By LYNN WANGERIN
Stoll Keenon Ogden PLLC
Data breaches are becoming more prevalent among companies located in the U.S., and recovering from them is becoming more expensive.
According to the 11th annual benchmark study conducted by the Ponemon Institute, the average total cost to resolve a data breach increased by 7 percent since the 2013 study, to a staggering $7.01 million. The average cost for each lost or stolen record containing sensitive information increased by 2 percent, from $217 to $221 per record.
The 2016 study examined costs incurred by 64 U.S. companies in 16 industry sectors. Data breaches involving more than 100,000 compromised records were not included in the results as the institute found that breaches incurred by most organizations averaged 29,611 compromised records.
The report provides information regarding trends gleaned from research as well as findings on factors that generate higher costs and factors that reduce the costs of data breaches.
Over the years, results from the Ponemon studies have revealed these trends:
- The cost of a data breach has not fluctuated significantly, suggesting that the cost should be incorporated by businesses in data protection strategies.
- The biggest financial consequence of a data breach is lost business which, not surprisingly, is greater in certain industries such as the financial, health, technology, life sciences and service industries. Organizations should include in any plan steps to keep or retain customer trust.
- Most data breaches continue to be caused by criminal and malicious attacks which take the most time to detect and contain, and therefore have the highest cost per record.
- The costs of data breaches are higher for entities in regulated industries, such as healthcare and financial services, because of fines and higher than average loss of business.
- Improvements in data governance programs often result in cost savings. These may include having incident response plans in place, appointing a CISO, implementing employee training and awareness programs, and having a business continuity management strategy in place.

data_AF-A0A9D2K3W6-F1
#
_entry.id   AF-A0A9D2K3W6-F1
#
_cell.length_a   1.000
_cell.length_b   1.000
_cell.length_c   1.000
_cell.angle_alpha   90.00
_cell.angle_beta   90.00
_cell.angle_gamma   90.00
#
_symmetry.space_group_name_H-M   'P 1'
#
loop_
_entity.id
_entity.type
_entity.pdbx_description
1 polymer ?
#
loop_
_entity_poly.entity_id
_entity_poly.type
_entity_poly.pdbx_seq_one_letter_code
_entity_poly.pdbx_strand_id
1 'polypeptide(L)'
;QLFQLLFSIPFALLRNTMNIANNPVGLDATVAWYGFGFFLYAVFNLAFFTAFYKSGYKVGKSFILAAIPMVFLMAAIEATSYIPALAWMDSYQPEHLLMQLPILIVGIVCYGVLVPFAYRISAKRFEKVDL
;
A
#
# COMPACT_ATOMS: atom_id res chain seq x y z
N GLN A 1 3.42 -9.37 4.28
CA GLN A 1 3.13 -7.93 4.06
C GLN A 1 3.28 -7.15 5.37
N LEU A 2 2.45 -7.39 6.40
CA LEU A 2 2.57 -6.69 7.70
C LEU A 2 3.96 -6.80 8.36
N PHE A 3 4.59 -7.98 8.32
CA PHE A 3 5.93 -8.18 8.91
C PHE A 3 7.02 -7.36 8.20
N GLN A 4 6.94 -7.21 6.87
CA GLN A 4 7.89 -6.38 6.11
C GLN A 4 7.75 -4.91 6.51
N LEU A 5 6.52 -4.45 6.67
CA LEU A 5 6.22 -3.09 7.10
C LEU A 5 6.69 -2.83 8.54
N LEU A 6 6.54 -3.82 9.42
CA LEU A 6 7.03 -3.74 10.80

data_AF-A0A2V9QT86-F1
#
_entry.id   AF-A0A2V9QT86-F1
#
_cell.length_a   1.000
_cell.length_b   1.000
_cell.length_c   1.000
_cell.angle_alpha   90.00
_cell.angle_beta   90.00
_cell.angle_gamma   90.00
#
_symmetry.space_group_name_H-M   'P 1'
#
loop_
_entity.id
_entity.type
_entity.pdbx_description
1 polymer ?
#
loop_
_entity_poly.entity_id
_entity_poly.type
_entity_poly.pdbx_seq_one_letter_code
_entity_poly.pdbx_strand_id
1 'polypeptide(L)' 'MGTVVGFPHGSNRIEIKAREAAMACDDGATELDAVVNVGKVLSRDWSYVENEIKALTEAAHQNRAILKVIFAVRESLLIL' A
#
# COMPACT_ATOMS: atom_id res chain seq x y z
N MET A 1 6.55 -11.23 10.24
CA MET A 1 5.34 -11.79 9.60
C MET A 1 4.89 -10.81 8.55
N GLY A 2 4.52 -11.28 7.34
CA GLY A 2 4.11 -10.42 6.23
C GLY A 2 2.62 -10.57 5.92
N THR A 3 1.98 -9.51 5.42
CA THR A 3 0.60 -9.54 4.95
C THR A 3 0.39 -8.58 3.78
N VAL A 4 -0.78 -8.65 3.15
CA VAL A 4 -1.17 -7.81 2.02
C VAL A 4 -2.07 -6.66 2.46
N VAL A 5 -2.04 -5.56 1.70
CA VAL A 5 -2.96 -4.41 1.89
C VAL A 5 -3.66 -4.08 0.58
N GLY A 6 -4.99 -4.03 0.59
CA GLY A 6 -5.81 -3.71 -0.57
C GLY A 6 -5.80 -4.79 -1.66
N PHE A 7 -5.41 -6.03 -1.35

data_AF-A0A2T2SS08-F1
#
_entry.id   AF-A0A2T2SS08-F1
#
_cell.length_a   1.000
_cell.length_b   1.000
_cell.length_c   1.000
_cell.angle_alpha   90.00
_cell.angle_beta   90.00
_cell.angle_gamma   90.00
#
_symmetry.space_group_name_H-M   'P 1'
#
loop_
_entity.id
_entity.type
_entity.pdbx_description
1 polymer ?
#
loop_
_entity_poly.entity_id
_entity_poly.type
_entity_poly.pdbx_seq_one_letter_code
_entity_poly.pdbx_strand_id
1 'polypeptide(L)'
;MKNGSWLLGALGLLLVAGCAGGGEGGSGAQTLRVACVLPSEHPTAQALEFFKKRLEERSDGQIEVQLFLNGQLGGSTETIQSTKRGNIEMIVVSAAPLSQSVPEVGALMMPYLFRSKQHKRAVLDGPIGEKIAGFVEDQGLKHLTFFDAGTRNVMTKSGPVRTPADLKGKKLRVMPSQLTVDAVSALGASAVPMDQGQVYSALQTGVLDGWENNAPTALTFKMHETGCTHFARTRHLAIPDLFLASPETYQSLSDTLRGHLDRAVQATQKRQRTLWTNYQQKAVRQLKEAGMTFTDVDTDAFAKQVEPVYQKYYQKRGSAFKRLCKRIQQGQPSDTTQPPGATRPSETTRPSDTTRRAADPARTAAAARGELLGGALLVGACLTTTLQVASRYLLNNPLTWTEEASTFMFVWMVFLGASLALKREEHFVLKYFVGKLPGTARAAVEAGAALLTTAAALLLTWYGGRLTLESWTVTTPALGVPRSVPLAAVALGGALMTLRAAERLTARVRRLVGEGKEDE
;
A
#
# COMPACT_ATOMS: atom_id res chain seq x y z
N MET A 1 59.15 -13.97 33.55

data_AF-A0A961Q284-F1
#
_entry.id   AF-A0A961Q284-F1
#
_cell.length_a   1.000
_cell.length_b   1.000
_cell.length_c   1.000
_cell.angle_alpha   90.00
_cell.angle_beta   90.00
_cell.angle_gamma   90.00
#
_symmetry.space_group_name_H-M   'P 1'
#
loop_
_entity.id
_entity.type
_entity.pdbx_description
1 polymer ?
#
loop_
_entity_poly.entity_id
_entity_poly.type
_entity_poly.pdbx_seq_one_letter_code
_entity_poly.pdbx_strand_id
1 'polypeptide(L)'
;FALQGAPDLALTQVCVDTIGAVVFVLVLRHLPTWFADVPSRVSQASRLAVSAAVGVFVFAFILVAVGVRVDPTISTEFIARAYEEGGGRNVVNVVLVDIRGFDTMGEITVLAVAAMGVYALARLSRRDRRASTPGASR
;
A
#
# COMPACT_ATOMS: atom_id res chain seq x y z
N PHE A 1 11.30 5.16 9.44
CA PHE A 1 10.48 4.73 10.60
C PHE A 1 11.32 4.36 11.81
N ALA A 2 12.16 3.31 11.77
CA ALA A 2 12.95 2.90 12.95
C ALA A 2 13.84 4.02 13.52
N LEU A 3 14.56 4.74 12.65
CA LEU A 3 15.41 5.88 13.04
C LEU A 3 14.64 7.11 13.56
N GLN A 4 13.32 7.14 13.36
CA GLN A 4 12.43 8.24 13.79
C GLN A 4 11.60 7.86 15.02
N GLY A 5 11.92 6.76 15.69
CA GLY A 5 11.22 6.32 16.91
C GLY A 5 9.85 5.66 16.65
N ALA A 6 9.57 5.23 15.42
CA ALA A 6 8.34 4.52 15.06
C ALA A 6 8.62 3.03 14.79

- Investment in data loss prevention controls, encryption programs, endpoint security solutions and threat sharing reduced costs.
Three factors were found to increase data breach costs the most:
- Third party errors
- Extensive migration to the cloud
- Rush to notify
Third party involvement resulted in the highest increase with a $20.30 surge in cost per record lost or stolen, with cloud migration coming in second with an increase of $15.40.
The Lesson to Learn
Businesses should carefully choose third party vendors and ensure that vendor agreements require vendors to maintain standards to mitigate risk, and to take responsibility in the event of a breach. At a minimum, vendor agreements should provide for an equitable sharing of the risk and costs if a breach occurs.
Many vendor agreements include provisions limiting vendor liability which, if not modified to except out a data breach, can leave the customer with all of the costs of the breach. Requiring vendors to carry appropriate insurance and, in certain circumstances, name the customer as an additional insured may help mitigate the risk.
The risks and costs of data breaches are not likely to lessen, so planning and taking steps to mitigate and deal with a data breach will need to be part of the strategy of most, if not all, businesses.